Click Start commit and Commit new file. This will commit the CI definition and kickoff the first run. If you click Actions again, you can see the outcome of the GitHub Action.

ProTip: make sure to run git pull origin main on your local machine as you’ve made changes to the repo on GitHub. This gets it back in sync.

Let’s break the build, just to see what that looks like. Edit the index.js file and replace the word World with There:

app.get('/', (req, res) => { res.send('Hello There!'); // edit this line });
Code language: JavaScript (javascript)

Commit and push this change. Return to the Actions tab in GitHub, and you should notice that the build fails.

This is because our test now fails. You can verify this locally by running npm test again. Revert the changes and push up to GitHub again, and you should see that the build is passing once again.

Set up Continuous Delivery

For this example, I will use Heroku to deploy the app. Heroku is an easy-to-use hosting platform with a free tier that supports a variety of languages, including Node.js. I also regularly use the Heroku CLI, and I encourage you to as well.

To start, register for Heroku. Click on your profile image in the upper right and choose Account Settings. Scroll down to the API Key section. Click Reveal and then copy the key.

Back in GitHub, click Settings for the simple-node-api repo. Click Secrets. Click New repository secret. In the Name field, type: HEROKU_API_KEY. In the Value field, paste the Heroku API Key that you copied. Click Add secret.

This is a one-time setup step that we’ll make use of in just a little bit. First, let’s make sure we can deploy the app to Heroku manually.

Deploy to Heroku Manually

The good news here is that the app is all ready to deploy to Heroku as-is! Using the Heroku CLI, execute the following:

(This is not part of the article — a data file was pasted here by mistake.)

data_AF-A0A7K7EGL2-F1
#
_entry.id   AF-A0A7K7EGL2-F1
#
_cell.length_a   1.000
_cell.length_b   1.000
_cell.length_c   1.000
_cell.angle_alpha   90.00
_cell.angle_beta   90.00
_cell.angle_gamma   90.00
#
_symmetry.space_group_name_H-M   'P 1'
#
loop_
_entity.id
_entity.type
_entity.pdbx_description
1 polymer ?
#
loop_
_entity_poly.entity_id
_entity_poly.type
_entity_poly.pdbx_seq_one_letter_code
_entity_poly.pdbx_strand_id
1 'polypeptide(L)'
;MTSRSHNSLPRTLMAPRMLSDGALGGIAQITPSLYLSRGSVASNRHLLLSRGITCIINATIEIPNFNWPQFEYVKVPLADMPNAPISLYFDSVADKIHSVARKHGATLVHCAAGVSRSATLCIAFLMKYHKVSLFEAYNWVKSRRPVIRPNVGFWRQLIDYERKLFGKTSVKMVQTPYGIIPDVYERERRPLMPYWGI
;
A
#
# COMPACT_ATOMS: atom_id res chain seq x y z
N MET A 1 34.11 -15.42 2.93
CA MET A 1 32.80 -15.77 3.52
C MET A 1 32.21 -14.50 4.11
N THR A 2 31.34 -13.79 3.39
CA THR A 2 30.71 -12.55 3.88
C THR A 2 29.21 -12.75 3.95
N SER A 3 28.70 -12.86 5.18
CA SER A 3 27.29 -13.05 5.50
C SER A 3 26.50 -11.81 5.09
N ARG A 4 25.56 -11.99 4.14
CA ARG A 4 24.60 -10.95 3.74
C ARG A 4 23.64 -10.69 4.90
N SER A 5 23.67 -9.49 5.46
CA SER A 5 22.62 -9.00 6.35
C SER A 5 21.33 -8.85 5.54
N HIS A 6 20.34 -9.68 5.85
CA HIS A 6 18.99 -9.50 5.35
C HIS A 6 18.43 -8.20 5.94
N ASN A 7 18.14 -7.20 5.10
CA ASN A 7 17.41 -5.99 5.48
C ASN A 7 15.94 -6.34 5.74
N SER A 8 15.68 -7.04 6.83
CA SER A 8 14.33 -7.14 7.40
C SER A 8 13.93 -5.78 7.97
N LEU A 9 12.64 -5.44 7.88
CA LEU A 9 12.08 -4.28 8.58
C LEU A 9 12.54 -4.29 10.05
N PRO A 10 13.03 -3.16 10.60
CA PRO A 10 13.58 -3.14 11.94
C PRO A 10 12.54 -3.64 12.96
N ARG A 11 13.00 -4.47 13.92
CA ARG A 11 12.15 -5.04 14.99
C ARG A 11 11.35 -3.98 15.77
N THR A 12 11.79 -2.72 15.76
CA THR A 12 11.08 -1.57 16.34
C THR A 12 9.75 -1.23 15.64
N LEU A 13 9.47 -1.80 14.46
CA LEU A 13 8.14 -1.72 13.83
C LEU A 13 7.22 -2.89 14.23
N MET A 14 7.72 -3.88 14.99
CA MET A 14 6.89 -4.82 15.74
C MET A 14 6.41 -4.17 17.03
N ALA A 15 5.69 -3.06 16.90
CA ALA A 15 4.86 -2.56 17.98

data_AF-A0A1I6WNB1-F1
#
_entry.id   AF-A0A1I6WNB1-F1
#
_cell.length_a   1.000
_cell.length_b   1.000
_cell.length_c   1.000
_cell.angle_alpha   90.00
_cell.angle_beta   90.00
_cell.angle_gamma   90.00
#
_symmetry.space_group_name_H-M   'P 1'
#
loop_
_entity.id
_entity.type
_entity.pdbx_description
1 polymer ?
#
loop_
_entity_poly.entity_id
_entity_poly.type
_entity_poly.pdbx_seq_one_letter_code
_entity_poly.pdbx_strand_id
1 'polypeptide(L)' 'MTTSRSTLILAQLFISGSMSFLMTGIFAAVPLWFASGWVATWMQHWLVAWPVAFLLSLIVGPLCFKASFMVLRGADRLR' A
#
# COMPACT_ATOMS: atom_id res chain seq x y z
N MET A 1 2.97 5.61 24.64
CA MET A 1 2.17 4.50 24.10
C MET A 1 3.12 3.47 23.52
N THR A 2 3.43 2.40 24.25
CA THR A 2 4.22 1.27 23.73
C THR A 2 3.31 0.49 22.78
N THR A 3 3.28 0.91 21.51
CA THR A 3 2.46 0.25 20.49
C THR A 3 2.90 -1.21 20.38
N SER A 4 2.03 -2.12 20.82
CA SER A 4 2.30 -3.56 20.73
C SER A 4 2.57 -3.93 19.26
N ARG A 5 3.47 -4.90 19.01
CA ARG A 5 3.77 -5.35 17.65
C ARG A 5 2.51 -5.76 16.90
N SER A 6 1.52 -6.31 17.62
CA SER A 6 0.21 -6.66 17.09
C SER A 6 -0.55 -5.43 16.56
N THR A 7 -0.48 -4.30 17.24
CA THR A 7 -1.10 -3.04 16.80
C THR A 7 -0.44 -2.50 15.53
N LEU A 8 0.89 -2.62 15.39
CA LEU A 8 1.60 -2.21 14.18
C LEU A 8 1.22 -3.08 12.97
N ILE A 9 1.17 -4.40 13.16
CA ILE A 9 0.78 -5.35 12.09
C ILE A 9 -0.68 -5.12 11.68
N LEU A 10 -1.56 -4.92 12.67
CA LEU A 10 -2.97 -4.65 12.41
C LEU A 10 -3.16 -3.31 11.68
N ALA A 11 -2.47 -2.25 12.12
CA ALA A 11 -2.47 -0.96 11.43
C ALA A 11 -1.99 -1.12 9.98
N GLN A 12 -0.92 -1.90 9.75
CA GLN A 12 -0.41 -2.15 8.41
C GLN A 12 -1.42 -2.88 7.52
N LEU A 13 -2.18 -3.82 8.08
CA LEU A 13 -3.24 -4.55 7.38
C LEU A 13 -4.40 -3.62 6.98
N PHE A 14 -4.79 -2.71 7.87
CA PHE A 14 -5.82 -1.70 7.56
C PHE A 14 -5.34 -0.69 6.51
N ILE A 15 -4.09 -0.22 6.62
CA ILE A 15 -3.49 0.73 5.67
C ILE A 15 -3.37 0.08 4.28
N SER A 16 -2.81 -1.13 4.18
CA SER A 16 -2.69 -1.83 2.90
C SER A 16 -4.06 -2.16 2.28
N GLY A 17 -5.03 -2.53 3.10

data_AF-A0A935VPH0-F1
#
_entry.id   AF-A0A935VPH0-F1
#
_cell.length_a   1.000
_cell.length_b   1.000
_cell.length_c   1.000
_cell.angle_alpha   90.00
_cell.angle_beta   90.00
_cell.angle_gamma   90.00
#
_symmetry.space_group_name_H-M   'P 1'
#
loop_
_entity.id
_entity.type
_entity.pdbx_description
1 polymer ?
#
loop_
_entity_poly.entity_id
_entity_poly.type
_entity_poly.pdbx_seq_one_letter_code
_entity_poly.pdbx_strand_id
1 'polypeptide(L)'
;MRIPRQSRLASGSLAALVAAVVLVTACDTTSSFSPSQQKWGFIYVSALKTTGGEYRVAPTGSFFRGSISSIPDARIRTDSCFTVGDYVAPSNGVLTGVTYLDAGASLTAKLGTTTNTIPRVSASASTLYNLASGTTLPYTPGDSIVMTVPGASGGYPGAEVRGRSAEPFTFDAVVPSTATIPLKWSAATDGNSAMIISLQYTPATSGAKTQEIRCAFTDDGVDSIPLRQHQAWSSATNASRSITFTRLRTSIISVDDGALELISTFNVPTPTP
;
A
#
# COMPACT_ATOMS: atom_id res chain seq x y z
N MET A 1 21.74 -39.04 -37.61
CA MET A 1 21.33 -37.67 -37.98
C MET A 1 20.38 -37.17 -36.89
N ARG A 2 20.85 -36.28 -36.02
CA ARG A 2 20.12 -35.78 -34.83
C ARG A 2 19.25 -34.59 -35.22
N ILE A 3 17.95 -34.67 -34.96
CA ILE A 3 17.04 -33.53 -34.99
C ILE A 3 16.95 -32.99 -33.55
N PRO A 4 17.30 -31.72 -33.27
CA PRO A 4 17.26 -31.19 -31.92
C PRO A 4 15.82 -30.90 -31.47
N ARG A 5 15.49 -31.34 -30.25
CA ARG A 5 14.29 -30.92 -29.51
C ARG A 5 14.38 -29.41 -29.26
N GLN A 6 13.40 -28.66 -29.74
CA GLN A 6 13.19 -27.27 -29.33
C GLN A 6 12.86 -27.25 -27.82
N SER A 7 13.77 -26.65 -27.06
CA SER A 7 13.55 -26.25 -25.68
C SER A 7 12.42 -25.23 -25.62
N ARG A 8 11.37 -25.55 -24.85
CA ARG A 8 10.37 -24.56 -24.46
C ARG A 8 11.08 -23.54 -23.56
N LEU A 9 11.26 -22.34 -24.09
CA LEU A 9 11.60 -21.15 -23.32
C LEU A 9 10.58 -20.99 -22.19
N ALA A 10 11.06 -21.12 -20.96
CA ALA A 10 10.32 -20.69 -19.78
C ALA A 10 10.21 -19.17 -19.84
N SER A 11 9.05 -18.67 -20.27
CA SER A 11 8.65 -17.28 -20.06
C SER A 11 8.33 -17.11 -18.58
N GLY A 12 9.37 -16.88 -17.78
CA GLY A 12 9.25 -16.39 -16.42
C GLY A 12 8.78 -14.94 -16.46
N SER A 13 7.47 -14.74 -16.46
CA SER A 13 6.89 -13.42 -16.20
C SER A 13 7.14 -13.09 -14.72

heroku apps:create <unique name> git push heroku main
Code language: Shell Session (shell)

NOTE: All apps in Heroku must have unique names, and simple-node-api is already taken. In my case, I used: micah-simple-node-api. Use a name that works for you.

The first command creates an app in Heroku attached to your account. It also automatically adds a new remote to your project. The second command uses this new remote to deploy your project to Heroku. Pretty easy, right?

After the deploy is done, your app is now publicly available, and you should be able to curl to it:

curl https://<unique name>
Code language: Shell Session (shell)

Deploy to Heroku Automatically

Now that we know our app is deployable to Heroku let’s get it set up to deploy automatically. Also, we want to make sure that the deploy happens ONLY IF the tests pass.

Open up the node.js.yml file in your project. We already have a job called build. We’re now going to add a job called deploy (NOTE: whitespace matters with YAML. The deploy section should be at the same indentation as the build section).

name: Node.js CI/CD ## <-- it’s not just CI anymore ## <-- don’t change anything in this section jobs: build: ## don’t change anything in this section deploy: ## <-- this is the new stuff needs: build runs-on: ubuntu-latest steps: - uses: actions/checkout@v2 - uses: akhileshns/heroku-deploy@v3.12.12 with: heroku_api_key: ${{secrets.HEROKU_API_KEY}} heroku_app_name: "micah-simple-node-api" heroku_email: ""
Code language: YAML (yaml)

The line with needs indicates that this job is dependent on the build job. If the build job fails, the deploy job will not execute.

This job uses the akhileshns/heroku-deploy@v3.12.12 action created just for deploying to Heroku.

Remember when you copied your Heroku API key and stored it as a secret in your GitHub repo at the beginning of this section? The heroku_api_key makes use of this. This is the mechanism GitHub supplies to ensure that we’re not publishing secrets directly in our repos.

Commit the changes to node.js.yml and push it up to your GitHub repo. Click on the Actions tab again. You can click on the new workflow job that gets launched to see its progress. You should notice that the deploy job is run and completes successfully.

With everything wired together, you’ll now be able to watch your latest code deploy out to your Heroku instance by just pushing your latest code to main.

However, you want to make sure that any new code doesn’t throw your customers off. Therefore, you’ll want to hide new and in-process features behind a feature flag to make sure your features activate when you want them to. And this is where Split comes in.

Time to Split Things Up, with Feature Flags!

Now, let’s add a bit to your index.js file so that we can see our Split treatments at work and how you might use them in production to trigger different implementations for your customers. Replace the code in index.js with the following: